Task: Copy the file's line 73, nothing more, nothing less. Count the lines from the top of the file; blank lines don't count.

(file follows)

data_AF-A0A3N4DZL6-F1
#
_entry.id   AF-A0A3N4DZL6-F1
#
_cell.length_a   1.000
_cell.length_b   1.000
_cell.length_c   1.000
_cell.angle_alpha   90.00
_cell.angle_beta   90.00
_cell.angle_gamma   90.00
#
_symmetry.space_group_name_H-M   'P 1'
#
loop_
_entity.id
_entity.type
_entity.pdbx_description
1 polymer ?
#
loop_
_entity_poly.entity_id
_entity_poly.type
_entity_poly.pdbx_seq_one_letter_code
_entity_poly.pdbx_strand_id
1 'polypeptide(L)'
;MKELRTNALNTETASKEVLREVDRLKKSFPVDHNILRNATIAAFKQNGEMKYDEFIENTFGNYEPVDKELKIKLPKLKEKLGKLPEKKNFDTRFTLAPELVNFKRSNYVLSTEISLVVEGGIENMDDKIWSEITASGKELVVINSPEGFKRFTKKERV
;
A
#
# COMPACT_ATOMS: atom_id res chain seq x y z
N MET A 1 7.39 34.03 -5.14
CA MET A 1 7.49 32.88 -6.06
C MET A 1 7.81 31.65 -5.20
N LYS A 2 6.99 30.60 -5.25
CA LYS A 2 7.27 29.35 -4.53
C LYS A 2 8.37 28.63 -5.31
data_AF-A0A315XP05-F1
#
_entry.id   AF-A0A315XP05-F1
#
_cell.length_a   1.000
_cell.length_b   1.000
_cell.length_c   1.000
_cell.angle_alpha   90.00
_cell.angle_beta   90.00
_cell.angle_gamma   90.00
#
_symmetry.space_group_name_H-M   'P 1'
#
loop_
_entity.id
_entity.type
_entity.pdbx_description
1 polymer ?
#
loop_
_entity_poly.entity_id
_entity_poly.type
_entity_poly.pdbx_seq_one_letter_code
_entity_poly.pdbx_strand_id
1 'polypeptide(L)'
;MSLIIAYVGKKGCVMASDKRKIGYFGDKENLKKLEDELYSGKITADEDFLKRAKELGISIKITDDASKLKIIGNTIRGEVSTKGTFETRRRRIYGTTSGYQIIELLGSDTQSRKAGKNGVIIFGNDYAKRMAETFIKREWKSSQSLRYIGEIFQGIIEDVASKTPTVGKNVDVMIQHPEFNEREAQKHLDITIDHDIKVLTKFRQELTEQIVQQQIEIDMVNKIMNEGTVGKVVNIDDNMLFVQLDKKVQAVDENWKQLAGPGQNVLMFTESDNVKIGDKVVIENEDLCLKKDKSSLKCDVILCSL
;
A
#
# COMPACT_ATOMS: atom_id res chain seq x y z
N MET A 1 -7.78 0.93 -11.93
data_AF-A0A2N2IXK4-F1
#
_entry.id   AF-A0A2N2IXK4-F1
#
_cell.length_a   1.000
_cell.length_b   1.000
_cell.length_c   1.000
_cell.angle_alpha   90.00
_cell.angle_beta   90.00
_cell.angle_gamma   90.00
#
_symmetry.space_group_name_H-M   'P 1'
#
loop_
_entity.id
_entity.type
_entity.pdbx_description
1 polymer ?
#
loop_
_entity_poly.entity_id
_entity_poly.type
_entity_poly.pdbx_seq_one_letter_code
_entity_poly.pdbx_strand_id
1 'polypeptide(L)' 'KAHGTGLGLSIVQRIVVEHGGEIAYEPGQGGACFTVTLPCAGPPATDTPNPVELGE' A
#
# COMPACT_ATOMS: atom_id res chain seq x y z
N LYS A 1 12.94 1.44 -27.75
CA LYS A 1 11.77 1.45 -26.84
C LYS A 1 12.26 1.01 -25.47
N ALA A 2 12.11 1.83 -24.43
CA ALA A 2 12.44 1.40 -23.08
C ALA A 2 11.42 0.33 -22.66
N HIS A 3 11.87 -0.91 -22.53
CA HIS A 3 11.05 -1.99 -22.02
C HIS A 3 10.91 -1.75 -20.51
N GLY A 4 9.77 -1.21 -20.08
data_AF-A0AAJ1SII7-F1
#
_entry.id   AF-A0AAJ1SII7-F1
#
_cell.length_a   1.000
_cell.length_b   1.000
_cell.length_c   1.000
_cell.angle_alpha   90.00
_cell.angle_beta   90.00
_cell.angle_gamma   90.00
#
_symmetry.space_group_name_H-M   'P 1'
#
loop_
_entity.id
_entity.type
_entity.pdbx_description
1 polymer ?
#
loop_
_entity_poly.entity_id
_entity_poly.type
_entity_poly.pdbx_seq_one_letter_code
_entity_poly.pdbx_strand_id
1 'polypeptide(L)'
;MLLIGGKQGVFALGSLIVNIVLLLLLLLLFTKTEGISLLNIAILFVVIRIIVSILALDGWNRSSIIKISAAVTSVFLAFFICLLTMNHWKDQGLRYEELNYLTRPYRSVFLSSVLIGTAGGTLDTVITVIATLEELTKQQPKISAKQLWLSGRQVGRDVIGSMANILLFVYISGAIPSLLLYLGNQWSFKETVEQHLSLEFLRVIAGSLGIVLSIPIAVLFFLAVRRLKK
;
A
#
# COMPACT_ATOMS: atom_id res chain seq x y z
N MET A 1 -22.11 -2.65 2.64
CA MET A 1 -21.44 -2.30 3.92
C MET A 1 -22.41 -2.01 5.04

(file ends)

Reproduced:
_cell.length_b   1.000